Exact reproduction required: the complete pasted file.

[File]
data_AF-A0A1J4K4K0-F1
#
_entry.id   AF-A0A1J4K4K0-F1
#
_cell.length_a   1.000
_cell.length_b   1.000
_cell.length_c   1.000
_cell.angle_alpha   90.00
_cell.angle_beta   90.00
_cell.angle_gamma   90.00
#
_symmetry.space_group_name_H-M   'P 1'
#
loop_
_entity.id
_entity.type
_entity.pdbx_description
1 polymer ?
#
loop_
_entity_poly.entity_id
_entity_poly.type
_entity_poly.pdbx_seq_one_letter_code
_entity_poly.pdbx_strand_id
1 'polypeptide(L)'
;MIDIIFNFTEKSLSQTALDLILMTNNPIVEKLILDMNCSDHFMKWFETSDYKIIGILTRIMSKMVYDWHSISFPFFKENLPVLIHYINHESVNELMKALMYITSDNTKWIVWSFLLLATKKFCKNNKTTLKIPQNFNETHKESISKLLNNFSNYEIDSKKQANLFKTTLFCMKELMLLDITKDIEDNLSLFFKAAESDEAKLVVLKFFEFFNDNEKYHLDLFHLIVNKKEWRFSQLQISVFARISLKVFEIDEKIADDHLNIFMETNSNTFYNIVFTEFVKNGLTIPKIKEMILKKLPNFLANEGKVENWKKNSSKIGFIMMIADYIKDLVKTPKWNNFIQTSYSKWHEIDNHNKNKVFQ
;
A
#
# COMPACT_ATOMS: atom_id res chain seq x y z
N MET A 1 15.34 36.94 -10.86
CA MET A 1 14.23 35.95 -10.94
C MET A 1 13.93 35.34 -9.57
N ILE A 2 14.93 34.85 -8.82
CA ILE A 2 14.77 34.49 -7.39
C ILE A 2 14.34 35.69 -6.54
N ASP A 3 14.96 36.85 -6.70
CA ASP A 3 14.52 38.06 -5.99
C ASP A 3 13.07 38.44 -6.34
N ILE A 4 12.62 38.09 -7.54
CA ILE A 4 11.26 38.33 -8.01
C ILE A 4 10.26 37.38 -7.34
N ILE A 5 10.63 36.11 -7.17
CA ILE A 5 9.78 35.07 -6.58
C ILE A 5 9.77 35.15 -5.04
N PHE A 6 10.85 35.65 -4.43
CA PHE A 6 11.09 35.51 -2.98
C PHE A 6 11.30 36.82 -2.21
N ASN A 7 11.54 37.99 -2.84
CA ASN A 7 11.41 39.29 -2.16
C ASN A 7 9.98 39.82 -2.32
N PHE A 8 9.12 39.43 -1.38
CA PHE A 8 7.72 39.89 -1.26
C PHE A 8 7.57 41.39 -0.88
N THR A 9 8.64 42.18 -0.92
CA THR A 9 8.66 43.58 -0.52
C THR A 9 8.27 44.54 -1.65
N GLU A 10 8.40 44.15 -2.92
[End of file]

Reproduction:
data_AF-A0A1J4K4K0-F1
#
_entry.id   AF-A0A1J4K4K0-F1
#
_cell.length_a   1.000
_cell.length_b   1.000
_cell.length_c   1.000
_cell.angle_alpha   90.00
_cell.angle_beta   90.00
_cell.angle_gamma   90.00
#
_symmetry.space_group_name_H-M   'P 1'
#
loop_
_entity.id
_entity.type
_entity.pdbx_description
1 polymer ?
#
loop_
_entity_poly.entity_id
_entity_poly.type
_entity_poly.pdbx_seq_one_letter_code
_entity_poly.pdbx_strand_id
1 'polypeptide(L)'
;MIDIIFNFTEKSLSQTALDLILMTNNPIVEKLILDMNCSDHFMKWFETSDYKIIGILTRIMSKMVYDWHSISFPFFKENLPVLIHYINHESVNELMKALMYITSDNTKWIVWSFLLLATKKFCKNNKTTLKIPQNFNETHKESISKLLNNFSNYEIDSKKQANLFKTTLFCMKELMLLDITKDIEDNLSLFFKAAESDEAKLVVLKFFEFFNDNEKYHLDLFHLIVNKKEWRFSQLQISVFARISLKVFEIDEKIADDHLNIFMETNSNTFYNIVFTEFVKNGLTIPKIKEMILKKLPNFLANEGKVENWKKNSSKIGFIMMIADYIKDLVKTPKWNNFIQTSYSKWHEIDNHNKNKVFQ
;
A
#
# COMPACT_ATOMS: atom_id res chain seq x y z
N MET A 1 15.34 36.94 -10.86
CA MET A 1 14.23 35.95 -10.94
C MET A 1 13.93 35.34 -9.57
N ILE A 2 14.93 34.85 -8.82
CA ILE A 2 14.77 34.49 -7.39
C ILE A 2 14.34 35.69 -6.54
N ASP A 3 14.96 36.85 -6.70
CA ASP A 3 14.52 38.06 -5.99
C ASP A 3 13.07 38.44 -6.34
N ILE A 4 12.62 38.09 -7.54
CA ILE A 4 11.26 38.33 -8.01
C ILE A 4 10.26 37.38 -7.34
N ILE A 5 10.63 36.11 -7.17
CA ILE A 5 9.78 35.07 -6.58
C ILE A 5 9.77 35.15 -5.04
N PHE A 6 10.85 35.65 -4.43
CA PHE A 6 11.09 35.51 -2.98
C PHE A 6 11.30 36.82 -2.21
N ASN A 7 11.54 37.99 -2.84
CA ASN A 7 11.41 39.29 -2.16
C ASN A 7 9.98 39.82 -2.32
N PHE A 8 9.12 39.43 -1.38
CA PHE A 8 7.72 39.89 -1.26
C PHE A 8 7.57 41.39 -0.88
N THR A 9 8.64 42.18 -0.92
CA THR A 9 8.66 43.58 -0.52
C THR A 9 8.27 44.54 -1.65
N GLU A 10 8.40 44.15 -2.92